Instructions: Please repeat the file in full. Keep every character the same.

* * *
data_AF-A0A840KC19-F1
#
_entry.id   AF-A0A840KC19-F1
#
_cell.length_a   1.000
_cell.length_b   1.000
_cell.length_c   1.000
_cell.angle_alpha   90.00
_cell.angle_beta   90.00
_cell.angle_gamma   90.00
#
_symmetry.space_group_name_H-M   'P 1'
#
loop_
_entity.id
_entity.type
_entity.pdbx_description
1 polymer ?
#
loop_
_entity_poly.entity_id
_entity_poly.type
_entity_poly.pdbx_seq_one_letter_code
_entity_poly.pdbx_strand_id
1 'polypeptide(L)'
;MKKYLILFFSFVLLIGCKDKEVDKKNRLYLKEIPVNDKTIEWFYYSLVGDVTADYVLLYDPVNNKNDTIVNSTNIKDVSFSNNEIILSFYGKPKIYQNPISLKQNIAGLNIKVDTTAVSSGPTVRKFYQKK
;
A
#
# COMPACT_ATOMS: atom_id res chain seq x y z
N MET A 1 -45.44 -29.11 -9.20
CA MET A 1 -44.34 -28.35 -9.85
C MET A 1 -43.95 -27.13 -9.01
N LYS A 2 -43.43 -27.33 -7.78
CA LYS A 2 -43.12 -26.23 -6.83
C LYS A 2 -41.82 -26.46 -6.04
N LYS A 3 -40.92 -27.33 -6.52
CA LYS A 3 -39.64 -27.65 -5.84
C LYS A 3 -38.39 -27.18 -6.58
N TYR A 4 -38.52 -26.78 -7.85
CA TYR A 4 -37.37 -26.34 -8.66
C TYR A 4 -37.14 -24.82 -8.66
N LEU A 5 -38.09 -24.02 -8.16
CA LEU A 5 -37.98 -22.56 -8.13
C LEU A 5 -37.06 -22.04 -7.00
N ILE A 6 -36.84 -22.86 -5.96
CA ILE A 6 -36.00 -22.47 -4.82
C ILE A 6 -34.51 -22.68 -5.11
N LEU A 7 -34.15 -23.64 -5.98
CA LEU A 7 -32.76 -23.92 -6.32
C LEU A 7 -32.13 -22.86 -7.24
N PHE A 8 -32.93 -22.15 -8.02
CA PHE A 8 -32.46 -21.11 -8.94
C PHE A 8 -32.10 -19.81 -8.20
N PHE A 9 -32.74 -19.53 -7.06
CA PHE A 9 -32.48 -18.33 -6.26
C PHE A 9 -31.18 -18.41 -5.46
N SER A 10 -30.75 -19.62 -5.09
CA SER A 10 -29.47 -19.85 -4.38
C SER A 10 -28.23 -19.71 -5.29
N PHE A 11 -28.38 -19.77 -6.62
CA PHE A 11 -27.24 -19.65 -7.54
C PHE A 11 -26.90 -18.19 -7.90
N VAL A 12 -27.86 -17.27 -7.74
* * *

data_AF-A0A840KC19-F1
#
_entry.id   AF-A0A840KC19-F1
#
_cell.length_a   1.000
_cell.length_b   1.000
_cell.length_c   1.000
_cell.angle_alpha   90.00
_cell.angle_beta   90.00
_cell.angle_gamma   90.00
#
_symmetry.space_group_name_H-M   'P 1'
#
loop_
_entity.id
_entity.type
_entity.pdbx_description
1 polymer ?
#
loop_
_entity_poly.entity_id
_entity_poly.type
_entity_poly.pdbx_seq_one_letter_code
_entity_poly.pdbx_strand_id
1 'polypeptide(L)'
;MKKYLILFFSFVLLIGCKDKEVDKKNRLYLKEIPVNDKTIEWFYYSLVGDVTADYVLLYDPVNNKNDTIVNSTNIKDVSFSNNEIILSFYGKPKIYQNPISLKQNIAGLNIKVDTTAVSSGPTVRKFYQKK
;
A
#
# COMPACT_ATOMS: atom_id res chain seq x y z
N MET A 1 -45.44 -29.11 -9.20
CA MET A 1 -44.34 -28.35 -9.85
C MET A 1 -43.95 -27.13 -9.01
N LYS A 2 -43.43 -27.33 -7.78
CA LYS A 2 -43.12 -26.23 -6.83
C LYS A 2 -41.82 -26.46 -6.04
N LYS A 3 -40.92 -27.33 -6.52
CA LYS A 3 -39.64 -27.65 -5.84
C LYS A 3 -38.39 -27.18 -6.58
N TYR A 4 -38.52 -26.78 -7.85
CA TYR A 4 -37.37 -26.34 -8.66
C TYR A 4 -37.14 -24.82 -8.66
N LEU A 5 -38.09 -24.02 -8.16
CA LEU A 5 -37.98 -22.56 -8.13
C LEU A 5 -37.06 -22.04 -7.00
N ILE A 6 -36.84 -22.86 -5.96
CA ILE A 6 -36.00 -22.47 -4.82
C ILE A 6 -34.51 -22.68 -5.11
N LEU A 7 -34.15 -23.64 -5.98
CA LEU A 7 -32.76 -23.92 -6.32
C LEU A 7 -32.13 -22.86 -7.24
N PHE A 8 -32.93 -22.15 -8.02
CA PHE A 8 -32.46 -21.11 -8.94
C PHE A 8 -32.10 -19.81 -8.20
N PHE A 9 -32.74 -19.53 -7.06
CA PHE A 9 -32.48 -18.33 -6.26
C PHE A 9 -31.18 -18.41 -5.46
N SER A 10 -30.75 -19.62 -5.09
CA SER A 10 -29.47 -19.85 -4.38
C SER A 10 -28.23 -19.71 -5.29
N PHE A 11 -28.38 -19.77 -6.62
CA PHE A 11 -27.24 -19.65 -7.54
C PHE A 11 -26.90 -18.19 -7.90
N VAL A 12 -27.86 -17.27 -7.74